### The Nature of Code/Audio Art Week 3

I combined this week's assignment for Audio Art and the Nature of Code. I took one of Daniel's attraction examples, modified it slightly, and hooked it up to some sound synthesis patches in Max/MSP.

Click screen shot above to see the applet. All of the sound stuff was done in Max/MSP, so the applet on its own isn't very interesting.

The idea was to make the motion audible. Processing sends the X and Y coordinates of each circle to Max/MSP. Max/MSP then uses these values to generate tones. I tried a number of different patches, each of which used an oscillator at the frequency of the Y coordinate to modulate an oscillator at the frequency of the X coordinate. Some clips from these experiments are presented below. You can download the Max/MSP patches used for clips #6-#10 here (requires MaxLink).

More samples after the jump.

The next two samples are from a patch which assigned the X and Y coordinates of each circle to a separate oscillator (six oscillators total).

Motion Study #3 - Sines Clumped: All oscillators around the same frequency. (Download)

Motion Study #5 - Ring: Three ring modulators, in which an oscillator at the frequency of the Y coordinate of the circle modulates an oscillator at the frequency of the X coordinate. (Download)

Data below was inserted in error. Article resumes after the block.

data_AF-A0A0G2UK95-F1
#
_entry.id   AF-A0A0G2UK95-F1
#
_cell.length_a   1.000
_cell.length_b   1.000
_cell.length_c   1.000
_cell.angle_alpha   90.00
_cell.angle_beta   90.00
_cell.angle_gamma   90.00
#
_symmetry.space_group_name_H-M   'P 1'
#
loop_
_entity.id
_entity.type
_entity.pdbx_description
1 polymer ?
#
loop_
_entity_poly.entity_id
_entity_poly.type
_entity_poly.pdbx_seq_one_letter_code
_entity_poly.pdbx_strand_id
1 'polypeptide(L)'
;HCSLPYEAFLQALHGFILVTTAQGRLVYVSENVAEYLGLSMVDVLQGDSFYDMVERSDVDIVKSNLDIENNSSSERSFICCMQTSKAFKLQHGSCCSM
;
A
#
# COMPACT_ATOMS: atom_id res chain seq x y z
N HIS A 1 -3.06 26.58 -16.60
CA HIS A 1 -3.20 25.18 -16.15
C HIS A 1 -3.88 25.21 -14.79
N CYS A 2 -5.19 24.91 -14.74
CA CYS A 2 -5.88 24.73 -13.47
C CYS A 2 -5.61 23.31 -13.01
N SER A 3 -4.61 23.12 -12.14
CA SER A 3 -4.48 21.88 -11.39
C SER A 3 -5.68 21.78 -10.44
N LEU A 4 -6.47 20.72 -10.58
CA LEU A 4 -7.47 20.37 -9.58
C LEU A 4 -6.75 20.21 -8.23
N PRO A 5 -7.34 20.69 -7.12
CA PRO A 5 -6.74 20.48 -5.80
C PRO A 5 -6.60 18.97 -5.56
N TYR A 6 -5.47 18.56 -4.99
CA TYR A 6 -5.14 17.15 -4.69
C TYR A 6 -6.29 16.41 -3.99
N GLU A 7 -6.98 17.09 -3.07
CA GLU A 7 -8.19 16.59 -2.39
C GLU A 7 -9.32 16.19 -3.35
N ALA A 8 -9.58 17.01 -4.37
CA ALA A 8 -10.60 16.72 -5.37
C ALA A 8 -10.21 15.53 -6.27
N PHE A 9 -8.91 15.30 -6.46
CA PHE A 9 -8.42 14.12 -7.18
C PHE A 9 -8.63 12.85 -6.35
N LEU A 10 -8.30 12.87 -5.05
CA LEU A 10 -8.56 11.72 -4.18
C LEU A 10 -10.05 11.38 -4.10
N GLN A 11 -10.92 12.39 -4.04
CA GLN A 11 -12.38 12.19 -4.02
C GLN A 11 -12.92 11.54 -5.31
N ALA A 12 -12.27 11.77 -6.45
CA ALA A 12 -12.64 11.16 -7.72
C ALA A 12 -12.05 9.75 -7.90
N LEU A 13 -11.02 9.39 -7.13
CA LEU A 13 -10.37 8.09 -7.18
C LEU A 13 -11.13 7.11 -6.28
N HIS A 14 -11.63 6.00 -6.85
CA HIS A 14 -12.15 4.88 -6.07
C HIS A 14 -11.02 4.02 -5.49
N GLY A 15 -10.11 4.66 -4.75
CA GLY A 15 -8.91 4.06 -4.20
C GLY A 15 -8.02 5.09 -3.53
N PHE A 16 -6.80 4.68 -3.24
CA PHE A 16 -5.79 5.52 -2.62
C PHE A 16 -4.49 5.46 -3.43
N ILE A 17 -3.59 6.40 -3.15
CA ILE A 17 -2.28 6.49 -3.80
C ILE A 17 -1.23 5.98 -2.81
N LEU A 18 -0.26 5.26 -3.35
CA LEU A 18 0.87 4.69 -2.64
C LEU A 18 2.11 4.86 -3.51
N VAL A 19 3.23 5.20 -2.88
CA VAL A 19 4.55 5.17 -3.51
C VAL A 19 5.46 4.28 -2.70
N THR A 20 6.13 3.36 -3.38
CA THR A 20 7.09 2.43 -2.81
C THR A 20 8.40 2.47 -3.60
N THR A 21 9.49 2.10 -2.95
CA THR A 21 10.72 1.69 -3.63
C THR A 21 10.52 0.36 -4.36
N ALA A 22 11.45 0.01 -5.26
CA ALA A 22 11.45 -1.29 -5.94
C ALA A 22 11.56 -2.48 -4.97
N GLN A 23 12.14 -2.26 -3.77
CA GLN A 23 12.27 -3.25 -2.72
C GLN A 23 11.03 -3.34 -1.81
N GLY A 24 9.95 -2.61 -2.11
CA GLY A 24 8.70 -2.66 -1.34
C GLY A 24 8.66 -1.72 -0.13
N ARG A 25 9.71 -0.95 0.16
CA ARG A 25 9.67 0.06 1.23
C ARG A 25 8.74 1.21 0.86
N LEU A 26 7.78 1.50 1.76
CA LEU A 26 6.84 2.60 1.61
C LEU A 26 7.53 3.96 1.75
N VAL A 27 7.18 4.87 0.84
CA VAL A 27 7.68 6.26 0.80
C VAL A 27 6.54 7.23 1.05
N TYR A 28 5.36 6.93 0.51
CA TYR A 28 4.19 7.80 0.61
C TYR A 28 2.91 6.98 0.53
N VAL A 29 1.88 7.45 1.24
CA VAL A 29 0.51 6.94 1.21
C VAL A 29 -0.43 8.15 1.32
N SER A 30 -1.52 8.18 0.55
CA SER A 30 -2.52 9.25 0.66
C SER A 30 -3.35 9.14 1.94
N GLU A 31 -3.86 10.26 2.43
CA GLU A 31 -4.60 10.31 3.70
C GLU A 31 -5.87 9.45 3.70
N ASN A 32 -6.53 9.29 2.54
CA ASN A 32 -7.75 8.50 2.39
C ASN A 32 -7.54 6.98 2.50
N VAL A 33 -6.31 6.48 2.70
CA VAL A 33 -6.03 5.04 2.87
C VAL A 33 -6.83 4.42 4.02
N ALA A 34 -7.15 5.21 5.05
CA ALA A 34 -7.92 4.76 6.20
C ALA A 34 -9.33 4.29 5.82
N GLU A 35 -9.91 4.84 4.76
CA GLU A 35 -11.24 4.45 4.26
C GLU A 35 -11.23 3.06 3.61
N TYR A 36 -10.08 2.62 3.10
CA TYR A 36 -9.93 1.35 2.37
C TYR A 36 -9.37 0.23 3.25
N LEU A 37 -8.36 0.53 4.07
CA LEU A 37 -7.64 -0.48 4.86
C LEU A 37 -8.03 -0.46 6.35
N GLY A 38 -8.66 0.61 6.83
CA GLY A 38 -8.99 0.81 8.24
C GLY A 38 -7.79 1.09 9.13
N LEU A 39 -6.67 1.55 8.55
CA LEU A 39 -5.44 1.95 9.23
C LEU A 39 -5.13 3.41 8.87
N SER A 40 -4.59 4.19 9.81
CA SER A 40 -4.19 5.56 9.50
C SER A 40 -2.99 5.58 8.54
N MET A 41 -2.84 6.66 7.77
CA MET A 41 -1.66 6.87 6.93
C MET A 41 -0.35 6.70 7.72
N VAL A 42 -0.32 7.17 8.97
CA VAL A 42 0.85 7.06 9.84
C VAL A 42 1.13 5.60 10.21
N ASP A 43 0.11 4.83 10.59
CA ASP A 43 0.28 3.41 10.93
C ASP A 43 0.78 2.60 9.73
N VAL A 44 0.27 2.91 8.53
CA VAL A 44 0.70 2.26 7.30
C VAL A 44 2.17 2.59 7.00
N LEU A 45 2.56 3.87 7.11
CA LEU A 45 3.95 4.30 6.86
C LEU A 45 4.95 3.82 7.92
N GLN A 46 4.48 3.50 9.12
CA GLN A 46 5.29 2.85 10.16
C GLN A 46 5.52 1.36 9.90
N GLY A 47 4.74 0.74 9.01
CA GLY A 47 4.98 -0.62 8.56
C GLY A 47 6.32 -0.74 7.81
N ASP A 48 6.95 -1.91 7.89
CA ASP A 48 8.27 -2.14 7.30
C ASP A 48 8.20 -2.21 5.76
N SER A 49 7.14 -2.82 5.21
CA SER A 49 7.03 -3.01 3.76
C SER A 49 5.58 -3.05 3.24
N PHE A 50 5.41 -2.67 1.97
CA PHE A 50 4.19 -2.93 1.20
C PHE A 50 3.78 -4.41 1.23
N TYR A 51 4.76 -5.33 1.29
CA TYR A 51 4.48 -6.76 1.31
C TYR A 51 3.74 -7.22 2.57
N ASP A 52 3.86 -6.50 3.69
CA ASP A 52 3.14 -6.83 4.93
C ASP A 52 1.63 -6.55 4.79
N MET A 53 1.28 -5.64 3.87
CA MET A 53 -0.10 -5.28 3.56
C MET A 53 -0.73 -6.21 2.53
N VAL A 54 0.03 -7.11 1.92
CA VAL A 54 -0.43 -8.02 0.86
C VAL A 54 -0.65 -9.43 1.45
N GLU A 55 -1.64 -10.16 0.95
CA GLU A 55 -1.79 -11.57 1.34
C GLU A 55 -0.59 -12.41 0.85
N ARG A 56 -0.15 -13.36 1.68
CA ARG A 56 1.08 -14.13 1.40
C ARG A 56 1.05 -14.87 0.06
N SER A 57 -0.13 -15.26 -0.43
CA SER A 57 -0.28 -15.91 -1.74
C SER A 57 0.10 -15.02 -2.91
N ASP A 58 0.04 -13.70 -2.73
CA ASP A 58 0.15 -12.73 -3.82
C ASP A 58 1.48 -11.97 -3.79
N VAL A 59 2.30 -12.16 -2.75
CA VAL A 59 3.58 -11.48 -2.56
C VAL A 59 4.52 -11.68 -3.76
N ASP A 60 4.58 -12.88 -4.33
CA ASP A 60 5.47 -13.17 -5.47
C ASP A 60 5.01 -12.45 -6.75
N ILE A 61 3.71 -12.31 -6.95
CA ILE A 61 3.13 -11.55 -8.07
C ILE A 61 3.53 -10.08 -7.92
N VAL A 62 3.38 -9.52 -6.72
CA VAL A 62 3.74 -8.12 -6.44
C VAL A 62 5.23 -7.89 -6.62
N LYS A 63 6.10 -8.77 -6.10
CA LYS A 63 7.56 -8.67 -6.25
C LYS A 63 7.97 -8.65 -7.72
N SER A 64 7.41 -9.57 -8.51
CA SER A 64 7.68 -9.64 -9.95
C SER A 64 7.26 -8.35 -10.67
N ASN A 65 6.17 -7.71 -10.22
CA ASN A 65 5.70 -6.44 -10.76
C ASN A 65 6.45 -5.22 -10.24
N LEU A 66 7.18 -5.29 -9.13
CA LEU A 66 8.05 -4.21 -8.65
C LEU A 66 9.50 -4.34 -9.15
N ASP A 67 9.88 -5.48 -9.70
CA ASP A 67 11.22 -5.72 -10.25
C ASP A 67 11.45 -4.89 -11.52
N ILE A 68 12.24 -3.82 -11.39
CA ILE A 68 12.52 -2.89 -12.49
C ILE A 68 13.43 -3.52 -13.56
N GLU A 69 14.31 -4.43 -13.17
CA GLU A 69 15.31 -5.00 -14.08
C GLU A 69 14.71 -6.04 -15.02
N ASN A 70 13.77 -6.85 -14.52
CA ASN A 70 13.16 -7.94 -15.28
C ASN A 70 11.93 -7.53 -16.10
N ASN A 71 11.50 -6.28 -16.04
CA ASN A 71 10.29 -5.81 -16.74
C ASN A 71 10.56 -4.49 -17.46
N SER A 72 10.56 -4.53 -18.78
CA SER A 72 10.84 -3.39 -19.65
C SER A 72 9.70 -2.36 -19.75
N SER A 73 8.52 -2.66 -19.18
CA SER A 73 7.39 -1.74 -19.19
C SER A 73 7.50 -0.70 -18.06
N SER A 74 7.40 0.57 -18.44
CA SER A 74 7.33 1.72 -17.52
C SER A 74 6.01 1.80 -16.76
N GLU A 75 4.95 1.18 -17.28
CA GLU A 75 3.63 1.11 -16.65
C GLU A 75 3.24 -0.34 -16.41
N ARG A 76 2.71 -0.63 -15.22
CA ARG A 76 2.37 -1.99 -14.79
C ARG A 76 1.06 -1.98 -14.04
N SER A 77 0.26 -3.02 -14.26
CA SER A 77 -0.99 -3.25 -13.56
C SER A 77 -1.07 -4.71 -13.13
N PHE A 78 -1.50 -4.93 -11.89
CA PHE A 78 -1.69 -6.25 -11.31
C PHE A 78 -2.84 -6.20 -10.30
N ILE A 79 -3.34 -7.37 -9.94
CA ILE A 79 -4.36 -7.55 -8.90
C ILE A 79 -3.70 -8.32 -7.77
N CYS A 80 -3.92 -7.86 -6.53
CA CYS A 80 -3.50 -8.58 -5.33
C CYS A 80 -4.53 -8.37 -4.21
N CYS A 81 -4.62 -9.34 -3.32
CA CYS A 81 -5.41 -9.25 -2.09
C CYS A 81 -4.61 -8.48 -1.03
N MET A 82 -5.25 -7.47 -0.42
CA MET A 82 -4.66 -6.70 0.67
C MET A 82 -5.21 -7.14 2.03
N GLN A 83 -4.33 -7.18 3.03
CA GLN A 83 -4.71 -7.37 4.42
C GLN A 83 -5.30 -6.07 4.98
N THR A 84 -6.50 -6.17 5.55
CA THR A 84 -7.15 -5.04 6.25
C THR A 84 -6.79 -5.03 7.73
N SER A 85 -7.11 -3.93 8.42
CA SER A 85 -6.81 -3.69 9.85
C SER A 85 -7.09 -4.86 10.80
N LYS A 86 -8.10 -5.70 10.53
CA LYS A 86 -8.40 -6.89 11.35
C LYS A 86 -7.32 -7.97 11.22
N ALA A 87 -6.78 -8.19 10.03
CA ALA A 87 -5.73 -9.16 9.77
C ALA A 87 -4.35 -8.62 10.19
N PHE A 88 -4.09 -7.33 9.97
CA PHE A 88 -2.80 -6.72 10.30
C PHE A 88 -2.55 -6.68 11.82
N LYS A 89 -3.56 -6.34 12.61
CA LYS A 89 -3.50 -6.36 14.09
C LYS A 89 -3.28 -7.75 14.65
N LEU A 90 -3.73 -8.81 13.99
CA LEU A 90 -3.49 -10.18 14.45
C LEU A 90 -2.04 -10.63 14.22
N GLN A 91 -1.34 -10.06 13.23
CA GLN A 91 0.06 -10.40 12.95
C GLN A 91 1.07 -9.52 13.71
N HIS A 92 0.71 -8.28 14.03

Studies #6 and #7 come from a patch that modulated a carrier frequency (supplied via MIDI) by all six X and Y coordinates of the circles in parallel.

Motion Study #6 - Parallel FM: A single note that varies modulation over time. (Download)

Motion Study #7 - Parallel FM Tune: "Michael Row Your Boat Ashore" played using the same instrument in the previous clip. (Download)

The final three clips are taken from a patch that used additive synthesis. The X coordinate of each circle assigns a harmonic and the Y coordinate determines the amplitude of the harmonic.

To assign the harmonic, the pixel space was divided up into tenths and the harmonic assigned according to which tenth of the space the current X coordinate falls into. For example, assuming the pixel field is 1000 pixels wide, an X position between 0 and 100 would assign the second harmonic (fundamental frequency times two); an X position between 500 and 600 would assign the seventh harmonic (fundamental frequency times seven).

The Y coordinate of the circle determines the amplitude of the harmonic, ranging linearly from 0 (Y = 0) to 1 (Y = height of pixel field).